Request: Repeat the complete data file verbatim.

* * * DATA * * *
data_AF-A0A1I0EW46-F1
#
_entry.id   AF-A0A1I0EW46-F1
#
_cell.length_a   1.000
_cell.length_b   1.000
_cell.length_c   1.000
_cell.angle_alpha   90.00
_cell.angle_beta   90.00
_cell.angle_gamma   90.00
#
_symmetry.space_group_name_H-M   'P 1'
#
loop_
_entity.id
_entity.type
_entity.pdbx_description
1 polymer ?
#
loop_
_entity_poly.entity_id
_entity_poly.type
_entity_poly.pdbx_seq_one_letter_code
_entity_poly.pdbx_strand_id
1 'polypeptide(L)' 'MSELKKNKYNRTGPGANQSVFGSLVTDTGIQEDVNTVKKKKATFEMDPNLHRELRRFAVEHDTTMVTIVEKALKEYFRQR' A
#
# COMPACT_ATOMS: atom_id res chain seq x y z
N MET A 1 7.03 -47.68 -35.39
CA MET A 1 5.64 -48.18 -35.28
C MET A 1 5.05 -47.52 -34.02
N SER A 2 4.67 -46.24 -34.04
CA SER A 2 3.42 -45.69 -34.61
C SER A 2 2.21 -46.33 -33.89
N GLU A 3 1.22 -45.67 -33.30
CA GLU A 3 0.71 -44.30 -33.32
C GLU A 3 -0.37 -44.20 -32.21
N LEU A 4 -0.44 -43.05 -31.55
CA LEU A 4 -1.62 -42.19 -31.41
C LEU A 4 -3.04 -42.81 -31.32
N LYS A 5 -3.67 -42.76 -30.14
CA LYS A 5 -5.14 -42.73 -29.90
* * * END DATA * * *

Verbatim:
data_AF-A0A1I0EW46-F1
#
_entry.id   AF-A0A1I0EW46-F1
#
_cell.length_a   1.000
_cell.length_b   1.000
_cell.length_c   1.000
_cell.angle_alpha   90.00
_cell.angle_beta   90.00
_cell.angle_gamma   90.00
#
_symmetry.space_group_name_H-M   'P 1'
#
loop_
_entity.id
_entity.type
_entity.pdbx_description
1 polymer ?
#
loop_
_entity_poly.entity_id
_entity_poly.type
_entity_poly.pdbx_seq_one_letter_code
_entity_poly.pdbx_strand_id
1 'polypeptide(L)' 'MSELKKNKYNRTGPGANQSVFGSLVTDTGIQEDVNTVKKKKATFEMDPNLHRELRRFAVEHDTTMVTIVEKALKEYFRQR' A
#
# COMPACT_ATOMS: atom_id res chain seq x y z
N MET A 1 7.03 -47.68 -35.39
CA MET A 1 5.64 -48.18 -35.28
C MET A 1 5.05 -47.52 -34.02
N SER A 2 4.67 -46.24 -34.04
CA SER A 2 3.42 -45.69 -34.61
C SER A 2 2.21 -46.33 -33.89
N GLU A 3 1.22 -45.67 -33.30
CA GLU A 3 0.71 -44.30 -33.32
C GLU A 3 -0.37 -44.20 -32.21
N LEU A 4 -0.44 -43.05 -31.55
CA LEU A 4 -1.62 -42.19 -31.41
C LEU A 4 -3.04 -42.81 -31.32
N LYS A 5 -3.67 -42.76 -30.14
CA LYS A 5 -5.14 -42.73 -29.90